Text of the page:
Some reported conflicted emotions, primarily linked to their powers to act as nearest relative, specifically, the tensions between having the right to request an assessment, the power to object to an admission and the power to discharge from hospital.

To read the full article, click here.

  • The King’s fund explains the challenges and opportunities that lie ahead now that the Health and Care Act 2022 has been passed. This article outlines the government’s new approach to health and care and the key issues and hurdles that may still lie ahead.

To read the full article, click here.

  • A government change reducing the cap on care costs’ benefit to less wealthy people has become law, following a parliamentary battle. Only client contributions, not full cost of care, will count towards £86,000 cap for people receiving means-tested support, which research has found will hit those with less wealth and in poorer regions. Anyone who hits the cap, which comes into force in October 2023 and will also apply to self-funders, will thereafter receive free personal care. The government says its change will save £900m a year. The House of Lords had twice blocked the government’s amendment – which was first added to the Health and Care Bill in November 2021 – twice. However, this was overturned both times by the House of Commons and, at the end of April, the government defeated a final bid by opposition peers to prevent the amendment going through.

To read the full article, click here.

  • Proposals to overhaul the Mental Health Act 1983 will be considered by Parliament over the next year, announced on 10th May in the Queen’s Speech to the houses of Parliament.

A draft bill will be produced designed to reduce the number of detentions, tackle longstanding racial disparities in the use of compulsory powers and end the detention of people on the sole grounds of them being autistic or having learning disabilities. The draft bill will likely be considered by a parliamentary committee, a process that will inform the production of full legislation to reform the act – though it is not clear when this will be published.

The government said the proposals were designed to provide greater control for people over their treatment and more dignity in care, and reduce the use of hospital care for autistic people and those with learning disabilities.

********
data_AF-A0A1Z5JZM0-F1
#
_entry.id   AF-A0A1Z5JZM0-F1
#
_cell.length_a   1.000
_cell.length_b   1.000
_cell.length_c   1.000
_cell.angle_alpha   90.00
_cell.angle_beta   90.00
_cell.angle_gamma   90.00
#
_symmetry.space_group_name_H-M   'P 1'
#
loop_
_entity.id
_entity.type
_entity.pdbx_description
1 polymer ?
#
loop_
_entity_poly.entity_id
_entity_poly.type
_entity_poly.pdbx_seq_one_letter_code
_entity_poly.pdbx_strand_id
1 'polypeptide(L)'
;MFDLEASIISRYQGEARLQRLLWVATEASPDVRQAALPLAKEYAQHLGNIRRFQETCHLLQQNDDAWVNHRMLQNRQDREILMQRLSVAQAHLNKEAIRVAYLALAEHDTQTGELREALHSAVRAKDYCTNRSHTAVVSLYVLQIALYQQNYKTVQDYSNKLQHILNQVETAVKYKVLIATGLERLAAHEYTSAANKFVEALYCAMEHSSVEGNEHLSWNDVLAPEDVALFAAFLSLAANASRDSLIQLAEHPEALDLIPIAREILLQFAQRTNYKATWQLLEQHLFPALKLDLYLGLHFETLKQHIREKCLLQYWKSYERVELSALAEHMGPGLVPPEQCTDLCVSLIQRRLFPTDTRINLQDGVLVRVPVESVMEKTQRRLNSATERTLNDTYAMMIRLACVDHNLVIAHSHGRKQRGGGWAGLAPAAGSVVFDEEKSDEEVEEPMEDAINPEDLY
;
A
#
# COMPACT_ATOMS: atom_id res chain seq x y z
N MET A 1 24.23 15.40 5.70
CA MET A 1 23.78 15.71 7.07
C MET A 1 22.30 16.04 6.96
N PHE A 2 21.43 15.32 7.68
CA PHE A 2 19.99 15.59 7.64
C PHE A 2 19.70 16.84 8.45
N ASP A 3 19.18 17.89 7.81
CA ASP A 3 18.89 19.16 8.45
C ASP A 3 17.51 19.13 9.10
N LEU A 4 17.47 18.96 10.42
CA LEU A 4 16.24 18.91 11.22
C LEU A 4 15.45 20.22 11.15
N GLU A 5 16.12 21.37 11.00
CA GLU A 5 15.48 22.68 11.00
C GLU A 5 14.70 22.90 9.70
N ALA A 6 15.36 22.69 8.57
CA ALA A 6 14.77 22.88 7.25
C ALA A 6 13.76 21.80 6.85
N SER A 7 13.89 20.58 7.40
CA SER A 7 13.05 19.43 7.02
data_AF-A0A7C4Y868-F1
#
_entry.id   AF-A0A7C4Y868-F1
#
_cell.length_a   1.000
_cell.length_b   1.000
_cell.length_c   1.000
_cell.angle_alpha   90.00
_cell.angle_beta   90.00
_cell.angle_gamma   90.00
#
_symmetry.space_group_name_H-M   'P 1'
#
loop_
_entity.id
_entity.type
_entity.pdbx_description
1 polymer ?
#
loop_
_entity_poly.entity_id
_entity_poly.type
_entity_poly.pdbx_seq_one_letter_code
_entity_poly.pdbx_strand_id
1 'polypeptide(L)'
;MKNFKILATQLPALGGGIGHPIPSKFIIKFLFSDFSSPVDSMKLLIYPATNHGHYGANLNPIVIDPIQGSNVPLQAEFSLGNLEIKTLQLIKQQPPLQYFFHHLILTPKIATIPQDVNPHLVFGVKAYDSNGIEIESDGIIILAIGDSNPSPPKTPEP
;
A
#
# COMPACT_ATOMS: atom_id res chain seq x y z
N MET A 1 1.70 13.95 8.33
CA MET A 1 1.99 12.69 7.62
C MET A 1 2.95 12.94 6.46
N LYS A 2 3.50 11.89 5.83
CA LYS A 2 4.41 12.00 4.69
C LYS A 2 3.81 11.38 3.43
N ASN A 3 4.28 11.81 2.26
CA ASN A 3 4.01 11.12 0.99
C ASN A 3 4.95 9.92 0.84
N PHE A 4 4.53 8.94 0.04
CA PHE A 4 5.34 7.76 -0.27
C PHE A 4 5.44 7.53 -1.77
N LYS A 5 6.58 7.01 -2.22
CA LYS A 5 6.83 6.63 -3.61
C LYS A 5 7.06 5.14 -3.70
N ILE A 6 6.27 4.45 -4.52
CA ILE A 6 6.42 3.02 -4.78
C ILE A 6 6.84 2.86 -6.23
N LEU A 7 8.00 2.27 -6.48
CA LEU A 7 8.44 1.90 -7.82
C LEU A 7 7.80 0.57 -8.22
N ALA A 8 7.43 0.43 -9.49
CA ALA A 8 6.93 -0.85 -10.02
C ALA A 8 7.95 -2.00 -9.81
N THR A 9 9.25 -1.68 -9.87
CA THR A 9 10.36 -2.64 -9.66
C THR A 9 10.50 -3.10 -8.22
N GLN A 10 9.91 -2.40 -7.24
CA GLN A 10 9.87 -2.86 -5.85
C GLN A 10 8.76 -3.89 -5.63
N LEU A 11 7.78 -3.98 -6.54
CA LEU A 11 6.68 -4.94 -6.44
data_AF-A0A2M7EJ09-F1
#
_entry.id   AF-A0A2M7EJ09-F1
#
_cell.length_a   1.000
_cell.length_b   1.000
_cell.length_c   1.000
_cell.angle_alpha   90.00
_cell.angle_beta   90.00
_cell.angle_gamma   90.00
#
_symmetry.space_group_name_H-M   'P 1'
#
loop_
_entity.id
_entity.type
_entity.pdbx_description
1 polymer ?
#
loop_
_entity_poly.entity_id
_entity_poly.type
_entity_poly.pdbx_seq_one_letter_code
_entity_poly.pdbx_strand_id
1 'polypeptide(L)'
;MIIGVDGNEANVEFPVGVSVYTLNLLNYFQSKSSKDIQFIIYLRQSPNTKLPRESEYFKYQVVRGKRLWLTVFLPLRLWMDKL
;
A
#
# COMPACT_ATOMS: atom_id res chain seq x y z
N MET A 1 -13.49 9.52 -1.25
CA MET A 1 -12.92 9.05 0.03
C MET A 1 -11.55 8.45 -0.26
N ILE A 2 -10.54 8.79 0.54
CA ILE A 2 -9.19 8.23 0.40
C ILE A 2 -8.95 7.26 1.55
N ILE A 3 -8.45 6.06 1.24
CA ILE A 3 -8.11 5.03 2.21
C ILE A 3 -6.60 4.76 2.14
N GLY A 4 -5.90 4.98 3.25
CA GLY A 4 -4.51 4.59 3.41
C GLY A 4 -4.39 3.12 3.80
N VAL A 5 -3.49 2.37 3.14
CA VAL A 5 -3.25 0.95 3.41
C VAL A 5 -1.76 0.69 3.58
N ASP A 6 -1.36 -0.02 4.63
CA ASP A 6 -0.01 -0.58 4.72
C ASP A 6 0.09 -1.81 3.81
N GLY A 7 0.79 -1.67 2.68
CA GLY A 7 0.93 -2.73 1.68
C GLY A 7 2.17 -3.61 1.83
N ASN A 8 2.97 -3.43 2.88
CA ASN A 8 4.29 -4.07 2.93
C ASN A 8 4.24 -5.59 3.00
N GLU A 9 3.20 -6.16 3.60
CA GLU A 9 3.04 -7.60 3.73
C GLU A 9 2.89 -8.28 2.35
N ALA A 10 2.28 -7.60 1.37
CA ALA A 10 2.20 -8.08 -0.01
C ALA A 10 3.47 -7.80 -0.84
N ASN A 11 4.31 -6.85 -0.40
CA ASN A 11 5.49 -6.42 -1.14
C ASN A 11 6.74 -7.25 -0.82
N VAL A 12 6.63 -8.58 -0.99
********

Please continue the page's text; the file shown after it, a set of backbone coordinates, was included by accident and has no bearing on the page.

Specific proposals in the draft bill will include:

  • Amending the definition of a mental disorder so that people can no longer be detained solely on the basis of being autistic or having a learning disability. They would have to have a co-occurring mental health condition. Currently, people with a learning disability can be subject to the act’s powers if this is “associated with abnormally aggressive or seriously irresponsible conduct”, while autism is classed as a “mental disorder” for the purposes of the act.
  • Changing the criteria for detention so that the act’s powers can only be used if there is “genuine risk to [the person’s] own safety or that of others, and where there is a clear therapeutic benefit”. Currently, a person can be detained for assessment if necessary for the health and safety of the person or the protection of others, and for treatment if any of these conditions exist, appropriate treatment is available and it can only be provided under detention.
  • Allowing people to choose a “nominated person” to support and represent them when under the act’s powers, rather than have a “nearest relative” assigned to them.
  • Increasing the frequency with which people can make appeals to tribunals on their detention and providing tribunals with a power to recommend that aftercare services are put in place.
  • Introducing a statutory care and treatment plan for all people in detention, written with them and setting out a clear pathway to discharge.
  • The draft bill was welcomed by NHS Providers, which represents health trusts, but it said that accompanying action needed to be taken to increase funding for mental health services, improve the wellbeing of a workforce put under great strain by Covid and tackle racial inequalities in mental healthcare.

For further information, click here.

If you have any queries in relation to NHS continuing healthcare, adult social care or the Court of Protection, please contact our team on 01926 354704 or email:

Kirstie Lennox | Solicitor

Expert legal advice you can rely on,
get in touch today:

Please let us know you are not a robot